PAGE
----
In Charlotte, NC – or anywhere in the South – you’ll likely find green beans served one of two ways:
Slow-simmered for hours until very, very, soft and liberally seasoned with salt, black pepper, and copious amounts of butter – and sometimes pork or bacon grease; OR
Underdone, crunchy, no dressing except for a parsimonious squeeze of lemon juice. Typically you’ll find this at the most pretentious – uh, expensive – restaurants. Usually this is called “haricots vert.” You may find as many as six or maybe even eight crunchy beans on your plate, which leads me to believe chefs at these places consider vegetables a garnish. That could explain why the more expensive the restaurant, the fewer vegetarian/vegan options.
And then there’s my way. Cooked but not overcooked, with plenty of flavor coming from not butter nor bacon, but onions, garlic, almonds, and a touch of nutmeg. And, of course, it’s vegan!
Let’s get cooking!
Southern Vegan Green Beans Almondine Ingredients:
1 pound Green Beans, fresh or frozen (but NOT canned)
1 Tablespoon Vegetable Oil
1 small Onion, cut in half and sliced (to make “ribbons”)
1 large clove Garlic, minced or pressed
1/4 cup Sliced Almonds
1/4 teaspoon ground Nutmeg
Sea Salt, to taste
Freshly ground Black Pepper, to taste
1 teaspoon Earth Balance (if you must)
Squeeze of Fresh Lemon Juice (optional, but nice)
Southern Vegan Green Beans Almondine Directions:
Prepare the green beans:
If using fresh, wash the beans and snip off the stem ends. I also like to snip long beans into bite-sized pieces.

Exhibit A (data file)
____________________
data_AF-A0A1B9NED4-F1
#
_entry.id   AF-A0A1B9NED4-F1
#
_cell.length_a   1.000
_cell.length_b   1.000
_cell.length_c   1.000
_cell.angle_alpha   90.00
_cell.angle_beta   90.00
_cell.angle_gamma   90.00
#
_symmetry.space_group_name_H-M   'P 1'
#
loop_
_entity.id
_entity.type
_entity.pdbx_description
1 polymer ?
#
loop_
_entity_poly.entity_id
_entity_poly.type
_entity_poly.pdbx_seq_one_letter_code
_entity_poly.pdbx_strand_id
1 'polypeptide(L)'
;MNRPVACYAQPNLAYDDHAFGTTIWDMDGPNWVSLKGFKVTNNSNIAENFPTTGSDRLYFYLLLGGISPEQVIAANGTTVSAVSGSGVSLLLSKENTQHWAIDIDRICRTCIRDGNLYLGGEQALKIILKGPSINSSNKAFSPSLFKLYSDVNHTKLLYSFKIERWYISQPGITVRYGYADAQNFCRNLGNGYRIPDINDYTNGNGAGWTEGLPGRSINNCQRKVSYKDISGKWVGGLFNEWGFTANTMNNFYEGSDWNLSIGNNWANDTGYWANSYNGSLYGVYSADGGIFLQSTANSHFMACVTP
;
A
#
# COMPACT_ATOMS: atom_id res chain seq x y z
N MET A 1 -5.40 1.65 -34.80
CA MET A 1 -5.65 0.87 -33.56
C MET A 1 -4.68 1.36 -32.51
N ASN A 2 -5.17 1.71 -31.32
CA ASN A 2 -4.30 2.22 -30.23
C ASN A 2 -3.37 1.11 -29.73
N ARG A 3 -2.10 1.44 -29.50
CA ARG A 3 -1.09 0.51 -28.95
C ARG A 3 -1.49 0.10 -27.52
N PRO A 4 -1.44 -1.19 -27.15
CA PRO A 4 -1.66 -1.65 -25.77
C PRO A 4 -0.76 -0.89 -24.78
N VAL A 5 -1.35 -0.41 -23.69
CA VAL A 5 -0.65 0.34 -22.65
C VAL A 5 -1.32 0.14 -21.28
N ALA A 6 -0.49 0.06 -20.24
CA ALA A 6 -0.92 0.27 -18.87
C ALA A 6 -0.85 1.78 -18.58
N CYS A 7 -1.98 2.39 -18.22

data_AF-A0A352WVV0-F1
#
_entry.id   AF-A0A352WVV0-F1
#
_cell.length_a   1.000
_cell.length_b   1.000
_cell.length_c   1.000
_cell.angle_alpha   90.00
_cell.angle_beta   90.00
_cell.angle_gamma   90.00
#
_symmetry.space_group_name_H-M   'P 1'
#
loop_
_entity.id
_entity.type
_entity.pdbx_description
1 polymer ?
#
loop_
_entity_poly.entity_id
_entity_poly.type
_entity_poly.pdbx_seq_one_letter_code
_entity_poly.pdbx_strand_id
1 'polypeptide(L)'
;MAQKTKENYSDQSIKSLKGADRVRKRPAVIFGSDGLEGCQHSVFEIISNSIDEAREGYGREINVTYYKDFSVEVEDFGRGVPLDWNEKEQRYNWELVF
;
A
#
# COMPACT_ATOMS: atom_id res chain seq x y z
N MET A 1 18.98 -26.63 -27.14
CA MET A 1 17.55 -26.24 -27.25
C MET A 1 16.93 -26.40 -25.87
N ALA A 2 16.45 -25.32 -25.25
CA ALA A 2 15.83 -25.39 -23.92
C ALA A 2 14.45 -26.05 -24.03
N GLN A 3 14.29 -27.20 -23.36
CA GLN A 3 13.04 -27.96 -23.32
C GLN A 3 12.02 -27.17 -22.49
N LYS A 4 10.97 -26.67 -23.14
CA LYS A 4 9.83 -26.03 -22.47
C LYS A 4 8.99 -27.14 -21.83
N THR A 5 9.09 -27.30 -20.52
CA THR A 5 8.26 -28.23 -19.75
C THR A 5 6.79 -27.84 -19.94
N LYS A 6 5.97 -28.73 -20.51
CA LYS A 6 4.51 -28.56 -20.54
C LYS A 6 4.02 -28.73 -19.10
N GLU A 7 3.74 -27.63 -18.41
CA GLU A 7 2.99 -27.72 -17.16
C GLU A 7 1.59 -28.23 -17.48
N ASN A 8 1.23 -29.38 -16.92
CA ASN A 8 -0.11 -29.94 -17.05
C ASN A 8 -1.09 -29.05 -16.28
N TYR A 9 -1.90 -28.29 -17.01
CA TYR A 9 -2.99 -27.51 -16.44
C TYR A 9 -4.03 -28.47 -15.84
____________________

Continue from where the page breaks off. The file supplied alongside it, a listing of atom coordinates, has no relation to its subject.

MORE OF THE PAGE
If using frozen beans, take a quick look through them to make sure there are no stems or funky beans (shriveled, spotted, etc.)
Heat the vegetable oil in a large saucepan on medium-high heat. Once warm, add the onion and saute for 2 minutes. Add the garlic and almonds and saute another 1-2 minutes.
Add the beans to the pot. Add just enough water to cover the beans. Add nutmeg. Bring to a boil, then reduce to a simmer and cover pot. Simmer for about 10 minutes for fresh beans, 15 minutes for frozen.
Check a bean. It should be tender, not “tender-crisp.” It should not be so soft it is losing its shape or falling apart (more of a problem with frozen beans.)
Drain the beans. Add a small pat of EarthBalance, if desired. Add salt and pepper to taste. Add a squeeze of fresh lemon juice. Stir gently.
Serve and eat!
I like the flavor to be a bit subtle – “Hmmm, I think I taste garlic and is that nutmeg?” rather than, “Green beans with garlic and nutmeg!” This also keeps this a nice, neutral side that pairs well with almost any food!
However, if you really like garlic and/or nutmeg, feel free to use more!
Adding extra garlic – up to three cloves – makes this pair nicely with Italian food.
Adding extra nutmeg – up to 1/2 teaspoon – makes this a nice accompaniment to Indian food.
It may seem odd to saute the almonds (instead of adding them as the very last step), but by doing so the almonds pick up some garlicky flavor, while seasoning the oil with a slight nuttiness. Amazingly, after cooking they will still add texture and crunch to the beans.